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People v. Waldrop

IN THE APPELLATE COURT OF ILLINOIS SECOND DISTRICT


November 10, 2004

THE PEOPLE OF THE STATE OF ILLINOIS, PLAINTIFF-APPELLEE,
v.
ANDREW A. WALDROP, DEFENDANT-APPELLANT.

Appeal from the Circuit Court of Kane County. No. 94-CF-1492. Honorable James T. Doyle, Judge, Presiding.

The opinion of the court was delivered by: Justice Byrne

PUBLISHED

Following a jury trial, defendant, Andrew A. Waldrop, was convicted of first-degree murder (720 ILCS 5/9--1(a)(2) (West 1994)) and sentenced to 60 years' imprisonment. On direct appeal, we affirmed his conviction and sentence. People v. Waldrop, No. 2--97--1119 (1999) (unpublished order under Supreme Court Rule 23). He appeals the dismissal of his post-conviction petition, arguing that his post-conviction counsel did not comply with Supreme Court Rule 651(c) (134 Ill. 2d R. 651(c)). We reverse and remand the cause.

Following his unsuccessful appeal, defendant filed a post-conviction petition alleging ineffective assistance of counsel, abuse of judicial authority, and prosecutorial misconduct. Defendant later filed two amended post-conviction petitions, in which he additionally alleged that he was unlawfully convicted under an accountability theory and that his sentence was an abuse of discretion. The trial court appointed conflict counsel to represent him.

Counsel requested the records of the earlier proceedings, and the court ordered the circuit court clerk to provide counsel with the records. Counsel subsequently filed an amended post-conviction petition and a certificate pursuant to Rule 651(c).

The State moved to dismiss the amended petition (see 725 ILCS 5/122--5 (West 2002)). The State argued that defendant's claims were without merit and were barred under res judicata and waiver. Counsel then filed another amended petition, which included additional case law. After arguments, the trial court dismissed the amended petition, defendant filed a notice of appeal, and the court appointed the Office of the State Appellate Defender as counsel.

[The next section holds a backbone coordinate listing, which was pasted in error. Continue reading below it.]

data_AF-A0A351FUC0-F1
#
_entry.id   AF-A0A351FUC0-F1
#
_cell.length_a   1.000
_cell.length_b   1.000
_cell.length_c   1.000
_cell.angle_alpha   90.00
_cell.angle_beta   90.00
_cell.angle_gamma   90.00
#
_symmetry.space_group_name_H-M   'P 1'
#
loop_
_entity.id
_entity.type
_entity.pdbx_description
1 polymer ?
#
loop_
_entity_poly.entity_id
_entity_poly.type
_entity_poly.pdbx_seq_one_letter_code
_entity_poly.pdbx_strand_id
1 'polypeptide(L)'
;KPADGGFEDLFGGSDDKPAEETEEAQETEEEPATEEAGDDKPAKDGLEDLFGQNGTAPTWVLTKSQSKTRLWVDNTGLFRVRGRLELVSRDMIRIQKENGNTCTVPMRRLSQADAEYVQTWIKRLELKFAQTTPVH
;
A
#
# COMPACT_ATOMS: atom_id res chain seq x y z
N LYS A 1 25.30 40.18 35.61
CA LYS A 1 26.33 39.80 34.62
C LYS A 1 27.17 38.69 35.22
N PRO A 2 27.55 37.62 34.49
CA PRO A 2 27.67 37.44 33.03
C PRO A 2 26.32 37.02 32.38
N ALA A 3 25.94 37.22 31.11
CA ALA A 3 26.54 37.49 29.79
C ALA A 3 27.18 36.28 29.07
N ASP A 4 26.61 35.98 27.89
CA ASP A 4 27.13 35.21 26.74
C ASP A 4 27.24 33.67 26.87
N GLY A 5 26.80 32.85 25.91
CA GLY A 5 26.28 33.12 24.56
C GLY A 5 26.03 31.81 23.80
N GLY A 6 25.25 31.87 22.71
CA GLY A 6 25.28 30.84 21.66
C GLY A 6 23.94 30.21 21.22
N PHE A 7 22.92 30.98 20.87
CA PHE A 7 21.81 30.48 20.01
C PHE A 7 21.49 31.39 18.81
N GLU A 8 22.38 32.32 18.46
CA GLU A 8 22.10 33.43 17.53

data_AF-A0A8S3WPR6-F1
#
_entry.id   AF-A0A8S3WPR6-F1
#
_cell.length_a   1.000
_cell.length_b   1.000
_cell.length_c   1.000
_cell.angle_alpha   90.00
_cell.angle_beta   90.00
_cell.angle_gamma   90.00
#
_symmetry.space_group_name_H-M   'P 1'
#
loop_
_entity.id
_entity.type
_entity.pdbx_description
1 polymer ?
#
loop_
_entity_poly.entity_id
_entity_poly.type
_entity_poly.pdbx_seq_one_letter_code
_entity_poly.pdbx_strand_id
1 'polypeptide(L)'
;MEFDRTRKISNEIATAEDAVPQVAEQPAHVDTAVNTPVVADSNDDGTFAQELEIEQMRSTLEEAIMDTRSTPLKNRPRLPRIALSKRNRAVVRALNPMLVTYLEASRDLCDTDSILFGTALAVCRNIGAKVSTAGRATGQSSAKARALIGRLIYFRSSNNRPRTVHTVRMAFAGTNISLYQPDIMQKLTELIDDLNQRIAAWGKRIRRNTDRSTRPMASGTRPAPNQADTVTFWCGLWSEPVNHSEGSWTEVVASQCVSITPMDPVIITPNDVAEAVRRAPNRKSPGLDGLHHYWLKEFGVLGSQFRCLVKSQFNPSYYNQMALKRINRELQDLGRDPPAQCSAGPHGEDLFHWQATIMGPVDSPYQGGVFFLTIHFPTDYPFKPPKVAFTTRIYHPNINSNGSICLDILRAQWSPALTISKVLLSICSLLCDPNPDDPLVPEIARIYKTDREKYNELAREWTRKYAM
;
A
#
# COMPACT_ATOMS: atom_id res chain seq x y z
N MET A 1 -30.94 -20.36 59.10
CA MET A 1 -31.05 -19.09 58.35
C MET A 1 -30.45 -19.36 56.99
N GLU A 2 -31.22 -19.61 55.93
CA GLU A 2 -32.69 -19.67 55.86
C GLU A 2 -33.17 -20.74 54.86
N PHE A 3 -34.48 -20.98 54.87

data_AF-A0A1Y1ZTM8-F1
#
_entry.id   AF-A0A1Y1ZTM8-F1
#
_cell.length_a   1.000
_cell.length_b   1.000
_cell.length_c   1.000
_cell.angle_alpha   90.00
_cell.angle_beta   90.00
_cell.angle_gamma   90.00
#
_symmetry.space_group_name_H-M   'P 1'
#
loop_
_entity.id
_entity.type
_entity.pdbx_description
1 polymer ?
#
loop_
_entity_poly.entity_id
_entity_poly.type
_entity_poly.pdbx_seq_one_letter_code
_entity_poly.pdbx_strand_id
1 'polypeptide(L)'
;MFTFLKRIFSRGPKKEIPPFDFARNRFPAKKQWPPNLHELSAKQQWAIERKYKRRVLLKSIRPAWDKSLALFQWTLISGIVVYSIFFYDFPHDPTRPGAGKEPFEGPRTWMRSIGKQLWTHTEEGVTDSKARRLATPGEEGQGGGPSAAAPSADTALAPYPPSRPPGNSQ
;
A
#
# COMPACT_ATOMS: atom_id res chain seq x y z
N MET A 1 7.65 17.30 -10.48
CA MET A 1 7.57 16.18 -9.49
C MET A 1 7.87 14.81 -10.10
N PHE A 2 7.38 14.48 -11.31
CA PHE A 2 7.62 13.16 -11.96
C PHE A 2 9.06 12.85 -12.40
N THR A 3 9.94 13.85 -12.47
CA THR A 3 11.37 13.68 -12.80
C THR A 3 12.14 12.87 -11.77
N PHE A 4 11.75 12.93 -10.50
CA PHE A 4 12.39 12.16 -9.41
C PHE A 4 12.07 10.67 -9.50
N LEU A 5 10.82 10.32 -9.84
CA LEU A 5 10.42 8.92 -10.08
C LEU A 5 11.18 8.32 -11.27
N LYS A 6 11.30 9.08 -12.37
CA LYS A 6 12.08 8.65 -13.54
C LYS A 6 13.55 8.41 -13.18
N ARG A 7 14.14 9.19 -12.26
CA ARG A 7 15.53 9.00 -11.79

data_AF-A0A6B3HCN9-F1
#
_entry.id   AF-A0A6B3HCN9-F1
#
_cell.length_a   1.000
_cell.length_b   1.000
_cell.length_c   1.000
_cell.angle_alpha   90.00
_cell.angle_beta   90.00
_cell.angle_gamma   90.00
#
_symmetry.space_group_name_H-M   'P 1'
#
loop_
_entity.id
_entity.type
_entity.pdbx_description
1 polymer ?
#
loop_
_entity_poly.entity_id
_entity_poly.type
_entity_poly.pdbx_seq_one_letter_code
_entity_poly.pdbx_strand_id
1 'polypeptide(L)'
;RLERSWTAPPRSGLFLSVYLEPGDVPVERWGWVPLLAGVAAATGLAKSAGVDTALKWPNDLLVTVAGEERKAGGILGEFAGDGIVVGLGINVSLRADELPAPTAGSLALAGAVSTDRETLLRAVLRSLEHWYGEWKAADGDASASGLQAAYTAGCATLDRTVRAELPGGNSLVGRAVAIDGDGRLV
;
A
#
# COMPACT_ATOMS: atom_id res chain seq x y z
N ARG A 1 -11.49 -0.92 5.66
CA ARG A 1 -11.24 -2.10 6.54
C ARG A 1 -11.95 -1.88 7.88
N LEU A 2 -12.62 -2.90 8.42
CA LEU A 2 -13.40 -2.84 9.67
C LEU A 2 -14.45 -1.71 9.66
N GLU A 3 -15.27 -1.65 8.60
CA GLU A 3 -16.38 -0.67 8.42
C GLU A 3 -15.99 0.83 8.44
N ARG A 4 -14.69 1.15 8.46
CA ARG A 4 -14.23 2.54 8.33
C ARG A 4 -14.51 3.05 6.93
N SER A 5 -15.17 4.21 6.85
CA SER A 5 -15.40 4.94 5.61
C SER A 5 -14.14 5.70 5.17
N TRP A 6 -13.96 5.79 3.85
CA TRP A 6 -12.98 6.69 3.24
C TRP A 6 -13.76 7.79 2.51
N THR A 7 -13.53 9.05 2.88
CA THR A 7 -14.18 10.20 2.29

Defendant now argues that the certificate filed by his post-conviction counsel did not comply with Rule 651(c). The attorney certified that he read all the records of proceedings; that he read the entire common-law record; that, in the amended petition, he raised issues that had not previously been asserted; that he interviewed defendant's trial counsel; and that he attached the necessary affidavits. The rule, however, requires that the record show that the attorney "has consulted with petitioner either by mail or in person to ascertain his [or her] contentions of deprivation of constitutional rights." 134 Ill. 2d R. 651(c). Accordingly, defendant argues that the attorney did not comply with Rule 651(c) and that the dismissal of his post-conviction petition should be reversed.

To ensure that the complaints of a prisoner are adequately presented, the Post-Conviction Hearing Act (the Act) (725 ILCS 5/122--1 et seq. (West 2002)) contemplates that the attorney appointed to represent an indigent petitioner will ascertain the basis of the petitioner's complaints, shape those complaints into the appropriate legal form, and present the petitioner's constitutional contentions to the court. People v. Richmond, 188 Ill. 2d 376, 381 (1999). Consequently, Rule 651(c), which governs appeals from post-conviction proceedings, provides in relevant part:

"The record filed in [the appellate] court shall contain a showing, which may be made by the certificate of petitioner's attorney, that the attorney has consulted with petitioner either by mail or in person to ascertain his contentions of deprivation of constitutional rights, has examined the record of the proceedings at the trial, and has made any amendments to the petitions filed pro se that are necessary for an adequate presentation of petitioner's contentions." 134 Ill. 2d R. 651(c).